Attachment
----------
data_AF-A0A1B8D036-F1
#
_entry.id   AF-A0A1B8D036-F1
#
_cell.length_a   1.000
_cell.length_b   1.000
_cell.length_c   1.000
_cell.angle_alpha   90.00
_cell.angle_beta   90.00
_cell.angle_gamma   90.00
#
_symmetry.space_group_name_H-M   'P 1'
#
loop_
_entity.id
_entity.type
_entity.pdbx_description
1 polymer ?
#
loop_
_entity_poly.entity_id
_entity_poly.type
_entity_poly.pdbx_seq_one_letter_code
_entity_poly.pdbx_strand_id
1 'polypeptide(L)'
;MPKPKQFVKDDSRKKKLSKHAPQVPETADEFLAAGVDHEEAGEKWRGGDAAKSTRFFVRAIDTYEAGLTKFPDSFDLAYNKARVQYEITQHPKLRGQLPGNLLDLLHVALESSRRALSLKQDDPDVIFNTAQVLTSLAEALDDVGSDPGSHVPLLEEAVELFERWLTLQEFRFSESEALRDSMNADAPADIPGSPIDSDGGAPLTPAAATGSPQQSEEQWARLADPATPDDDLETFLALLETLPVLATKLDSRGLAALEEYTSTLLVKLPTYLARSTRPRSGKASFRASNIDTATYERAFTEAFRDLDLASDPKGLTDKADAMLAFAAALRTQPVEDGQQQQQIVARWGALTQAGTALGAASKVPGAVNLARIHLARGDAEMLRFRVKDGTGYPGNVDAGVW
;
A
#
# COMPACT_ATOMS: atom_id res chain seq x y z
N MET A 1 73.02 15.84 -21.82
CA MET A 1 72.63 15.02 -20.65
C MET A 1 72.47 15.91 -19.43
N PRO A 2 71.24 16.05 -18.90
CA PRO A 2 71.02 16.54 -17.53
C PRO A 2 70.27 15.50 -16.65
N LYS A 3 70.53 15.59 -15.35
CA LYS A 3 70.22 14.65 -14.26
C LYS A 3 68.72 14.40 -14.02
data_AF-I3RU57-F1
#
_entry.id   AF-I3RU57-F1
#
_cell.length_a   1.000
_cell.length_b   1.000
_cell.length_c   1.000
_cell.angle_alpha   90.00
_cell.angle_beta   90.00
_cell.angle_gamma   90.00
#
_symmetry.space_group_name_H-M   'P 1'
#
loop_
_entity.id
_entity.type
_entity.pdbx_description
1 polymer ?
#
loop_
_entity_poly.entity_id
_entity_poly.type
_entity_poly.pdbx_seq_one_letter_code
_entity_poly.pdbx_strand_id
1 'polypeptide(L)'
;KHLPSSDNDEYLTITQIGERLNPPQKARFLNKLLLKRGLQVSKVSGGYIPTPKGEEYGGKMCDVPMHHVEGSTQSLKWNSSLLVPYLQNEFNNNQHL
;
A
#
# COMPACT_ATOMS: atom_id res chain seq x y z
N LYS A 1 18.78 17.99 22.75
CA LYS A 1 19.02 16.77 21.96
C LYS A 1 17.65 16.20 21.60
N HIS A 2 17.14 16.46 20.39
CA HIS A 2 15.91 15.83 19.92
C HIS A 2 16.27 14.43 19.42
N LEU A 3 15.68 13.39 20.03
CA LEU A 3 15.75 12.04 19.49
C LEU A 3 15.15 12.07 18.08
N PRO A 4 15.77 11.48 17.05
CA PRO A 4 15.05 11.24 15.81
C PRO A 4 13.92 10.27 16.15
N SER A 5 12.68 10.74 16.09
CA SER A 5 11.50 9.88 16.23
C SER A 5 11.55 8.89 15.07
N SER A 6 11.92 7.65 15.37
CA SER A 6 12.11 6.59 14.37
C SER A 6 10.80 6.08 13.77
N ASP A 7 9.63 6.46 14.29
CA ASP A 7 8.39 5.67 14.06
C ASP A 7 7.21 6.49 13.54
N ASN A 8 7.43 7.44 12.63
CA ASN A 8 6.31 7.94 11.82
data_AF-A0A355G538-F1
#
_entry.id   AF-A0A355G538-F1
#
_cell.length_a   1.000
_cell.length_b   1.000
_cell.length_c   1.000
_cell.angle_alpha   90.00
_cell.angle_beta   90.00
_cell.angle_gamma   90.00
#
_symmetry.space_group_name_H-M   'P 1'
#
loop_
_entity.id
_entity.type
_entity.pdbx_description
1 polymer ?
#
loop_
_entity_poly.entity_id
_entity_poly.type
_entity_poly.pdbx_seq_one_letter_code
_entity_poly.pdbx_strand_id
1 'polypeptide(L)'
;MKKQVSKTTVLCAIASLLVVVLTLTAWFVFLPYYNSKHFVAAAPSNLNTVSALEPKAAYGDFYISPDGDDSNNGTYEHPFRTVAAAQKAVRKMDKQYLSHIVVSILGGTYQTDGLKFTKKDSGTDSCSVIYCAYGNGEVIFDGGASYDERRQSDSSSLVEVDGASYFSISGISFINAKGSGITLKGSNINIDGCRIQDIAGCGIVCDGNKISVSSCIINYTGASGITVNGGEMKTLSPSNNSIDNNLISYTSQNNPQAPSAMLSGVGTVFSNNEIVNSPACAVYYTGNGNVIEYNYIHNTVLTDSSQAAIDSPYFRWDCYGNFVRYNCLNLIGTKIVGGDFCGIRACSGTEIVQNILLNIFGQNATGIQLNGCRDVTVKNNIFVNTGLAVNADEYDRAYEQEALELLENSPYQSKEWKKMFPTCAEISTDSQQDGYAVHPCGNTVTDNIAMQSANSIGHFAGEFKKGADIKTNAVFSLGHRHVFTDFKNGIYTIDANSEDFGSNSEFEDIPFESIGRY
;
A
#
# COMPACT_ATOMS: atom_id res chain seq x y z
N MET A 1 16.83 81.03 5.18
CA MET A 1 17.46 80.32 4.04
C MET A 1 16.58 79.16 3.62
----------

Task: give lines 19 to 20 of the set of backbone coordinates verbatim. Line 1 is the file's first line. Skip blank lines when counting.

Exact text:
#
loop_